N2 - Thousands die each day from infections related to water, as evidenced in the ongoing crises of cholera in Haiti, Zika in the Western Hemisphere, and Legionnaires' Disease in Flint, Michigan. Yet water law focuses primarily on two agendas. First, the "Blue Agenda" aims to provide an equitable allocation of water to individuals and communities while encouraging sustainable water management. Second, the "Green Agenda" aims to efficiently protect water in the natural environment from pollution. These two agendas often ignore, and can be inconsistent with, the "Red Agenda." The Red Agenda addresses prevention of waterborne infections, like cholera, and the habitat of water-related disease vectors, like mosquitoes transmitting malaria. Additionally, the Red Agenda focuses on access to water for sanitation and hygiene, with implications for epidemics like Ebola. In simplified terms, the Blue Agenda is about water quantity, the Green Agenda about water quality, and the Red Agenda about water diseases. Laws made in pursuit of the Blue Agenda, like building a dam or irrigation system, can interfere with the Red Agenda by bringing mosquito habitat closer to human communities. And laws made in the pursuit of the Green Agenda, like prohibiting discharges of pesticides into a river, can interfere with the Red Agenda by preventing a response to a malaria outbreak. This Article is the first to introduce the Blue, Green, and Red framework for water law, and explains why these agendas often conflict with each other and how to more effectively integrate these agendas into water law.

AB - Thousands die each day from infections related to water, as evidenced in the ongoing crises of cholera in Haiti, Zika in the Western Hemisphere, and Legionnaires' Disease in Flint, Michigan. Yet water law focuses primarily on two agendas. First, the "Blue Agenda" aims to provide an equitable allocation of water to individuals and communities while encouraging sustainable water management. Second, the "Green Agenda" aims to efficiently protect water in the natural environment from pollution. These two agendas often ignore, and can be inconsistent with, the "Red Agenda." The Red Agenda addresses prevention of waterborne infections, like cholera, and the habitat of water-related disease vectors, like mosquitoes transmitting malaria. Additionally, the Red Agenda focuses on access to water for sanitation and hygiene, with implications for epidemics like Ebola. In simplified terms, the Blue Agenda is about water quantity, the Green Agenda about water quality, and the Red Agenda about water diseases. Laws made in pursuit of the Blue Agenda, like building a dam or irrigation system, can interfere with the Red Agenda by bringing mosquito habitat closer to human communities. And laws made in the pursuit of the Green Agenda, like prohibiting discharges of pesticides into a river, can interfere with the Red Agenda by preventing a response to a malaria outbreak. This Article is the first to introduce the Blue, Green, and Red framework for water law, and explains why these agendas often conflict with each other and how to more effectively integrate these agendas into water law.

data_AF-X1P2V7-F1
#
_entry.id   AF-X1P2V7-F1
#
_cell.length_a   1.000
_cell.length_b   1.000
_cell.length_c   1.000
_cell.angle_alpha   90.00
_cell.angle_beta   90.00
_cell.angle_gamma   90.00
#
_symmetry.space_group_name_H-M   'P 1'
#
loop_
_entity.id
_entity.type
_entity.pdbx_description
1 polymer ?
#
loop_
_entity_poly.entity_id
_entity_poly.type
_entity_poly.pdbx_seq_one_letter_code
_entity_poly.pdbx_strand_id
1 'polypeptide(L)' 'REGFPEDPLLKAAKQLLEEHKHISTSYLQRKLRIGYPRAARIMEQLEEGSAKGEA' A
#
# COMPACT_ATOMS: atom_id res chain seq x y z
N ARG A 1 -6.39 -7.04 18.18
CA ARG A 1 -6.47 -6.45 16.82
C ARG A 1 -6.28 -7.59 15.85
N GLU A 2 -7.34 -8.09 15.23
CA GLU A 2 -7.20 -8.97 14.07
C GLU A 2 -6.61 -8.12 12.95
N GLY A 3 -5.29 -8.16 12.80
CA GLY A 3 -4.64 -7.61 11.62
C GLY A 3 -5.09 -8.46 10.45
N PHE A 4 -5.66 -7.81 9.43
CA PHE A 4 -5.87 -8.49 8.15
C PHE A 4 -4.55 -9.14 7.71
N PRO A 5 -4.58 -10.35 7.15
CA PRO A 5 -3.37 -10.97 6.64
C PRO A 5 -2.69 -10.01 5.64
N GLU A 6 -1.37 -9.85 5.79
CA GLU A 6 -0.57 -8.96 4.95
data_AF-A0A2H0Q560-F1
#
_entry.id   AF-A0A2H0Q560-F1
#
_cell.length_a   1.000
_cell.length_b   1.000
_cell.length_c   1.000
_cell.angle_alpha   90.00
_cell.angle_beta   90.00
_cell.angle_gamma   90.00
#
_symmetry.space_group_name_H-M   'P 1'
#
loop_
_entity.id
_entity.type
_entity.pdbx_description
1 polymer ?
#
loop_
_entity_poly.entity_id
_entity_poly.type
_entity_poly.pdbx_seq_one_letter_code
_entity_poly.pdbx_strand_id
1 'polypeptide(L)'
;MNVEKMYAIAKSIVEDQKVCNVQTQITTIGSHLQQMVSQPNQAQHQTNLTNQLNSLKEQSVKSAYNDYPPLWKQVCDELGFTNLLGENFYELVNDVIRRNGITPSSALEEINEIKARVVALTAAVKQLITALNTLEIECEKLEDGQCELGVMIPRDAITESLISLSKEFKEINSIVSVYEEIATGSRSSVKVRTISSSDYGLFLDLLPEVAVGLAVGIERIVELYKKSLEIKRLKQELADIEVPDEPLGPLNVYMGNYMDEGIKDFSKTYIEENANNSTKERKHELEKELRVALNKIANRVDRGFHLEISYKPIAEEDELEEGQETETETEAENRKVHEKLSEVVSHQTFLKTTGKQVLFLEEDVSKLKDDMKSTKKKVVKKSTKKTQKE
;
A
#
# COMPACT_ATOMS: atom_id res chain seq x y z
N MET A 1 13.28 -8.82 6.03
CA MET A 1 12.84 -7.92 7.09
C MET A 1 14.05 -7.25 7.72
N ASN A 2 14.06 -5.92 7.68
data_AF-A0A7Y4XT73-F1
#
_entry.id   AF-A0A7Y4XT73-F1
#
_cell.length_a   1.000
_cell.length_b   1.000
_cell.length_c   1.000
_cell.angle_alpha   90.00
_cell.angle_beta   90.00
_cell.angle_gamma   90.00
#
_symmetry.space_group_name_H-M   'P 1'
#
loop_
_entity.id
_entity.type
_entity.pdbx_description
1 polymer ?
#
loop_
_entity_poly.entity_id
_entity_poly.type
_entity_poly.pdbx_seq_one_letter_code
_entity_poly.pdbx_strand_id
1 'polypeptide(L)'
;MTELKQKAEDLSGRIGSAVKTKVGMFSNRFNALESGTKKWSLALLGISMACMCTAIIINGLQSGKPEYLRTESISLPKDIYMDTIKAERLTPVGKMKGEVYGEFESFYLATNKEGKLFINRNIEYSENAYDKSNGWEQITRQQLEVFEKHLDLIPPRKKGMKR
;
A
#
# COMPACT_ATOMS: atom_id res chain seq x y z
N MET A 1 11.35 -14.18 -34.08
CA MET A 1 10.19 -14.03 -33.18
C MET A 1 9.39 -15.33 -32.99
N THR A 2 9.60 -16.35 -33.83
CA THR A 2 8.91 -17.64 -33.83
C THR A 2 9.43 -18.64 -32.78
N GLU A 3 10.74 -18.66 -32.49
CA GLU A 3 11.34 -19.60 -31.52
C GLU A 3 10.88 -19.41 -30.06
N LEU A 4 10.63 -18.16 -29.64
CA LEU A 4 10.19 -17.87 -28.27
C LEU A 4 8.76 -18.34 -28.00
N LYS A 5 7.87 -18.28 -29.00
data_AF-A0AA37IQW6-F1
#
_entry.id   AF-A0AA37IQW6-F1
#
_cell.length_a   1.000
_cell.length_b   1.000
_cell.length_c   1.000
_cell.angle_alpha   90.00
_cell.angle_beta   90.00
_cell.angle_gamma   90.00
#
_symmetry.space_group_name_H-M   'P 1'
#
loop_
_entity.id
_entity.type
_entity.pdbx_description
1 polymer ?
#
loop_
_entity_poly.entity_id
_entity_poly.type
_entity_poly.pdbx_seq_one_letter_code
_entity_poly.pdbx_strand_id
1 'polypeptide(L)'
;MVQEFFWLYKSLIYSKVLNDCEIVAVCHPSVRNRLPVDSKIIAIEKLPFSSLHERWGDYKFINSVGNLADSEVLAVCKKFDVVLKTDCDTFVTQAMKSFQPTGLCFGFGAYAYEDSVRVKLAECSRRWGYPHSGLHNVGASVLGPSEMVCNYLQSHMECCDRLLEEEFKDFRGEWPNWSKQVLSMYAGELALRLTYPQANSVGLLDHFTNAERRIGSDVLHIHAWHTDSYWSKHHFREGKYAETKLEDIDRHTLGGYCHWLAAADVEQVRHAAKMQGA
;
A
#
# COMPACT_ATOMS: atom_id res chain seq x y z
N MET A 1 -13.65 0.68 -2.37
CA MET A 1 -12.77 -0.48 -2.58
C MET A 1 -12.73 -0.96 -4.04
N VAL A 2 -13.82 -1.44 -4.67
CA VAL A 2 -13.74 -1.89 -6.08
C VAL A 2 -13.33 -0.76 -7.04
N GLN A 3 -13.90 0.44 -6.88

UR - http://www.scopus.com/inward/record.url?scp=85017616594&partnerID=8YFLogxK

UR - http://www.scopus.com/inward/citedby.url?scp=85017616594&partnerID=8YFLogxK

M3 - Article

VL - 92

SP - 1271

EP - 1321

JO - Notre Dame Law Review

JF - Notre Dame Law Review

SN - 0745-3515

IS - 3

ER -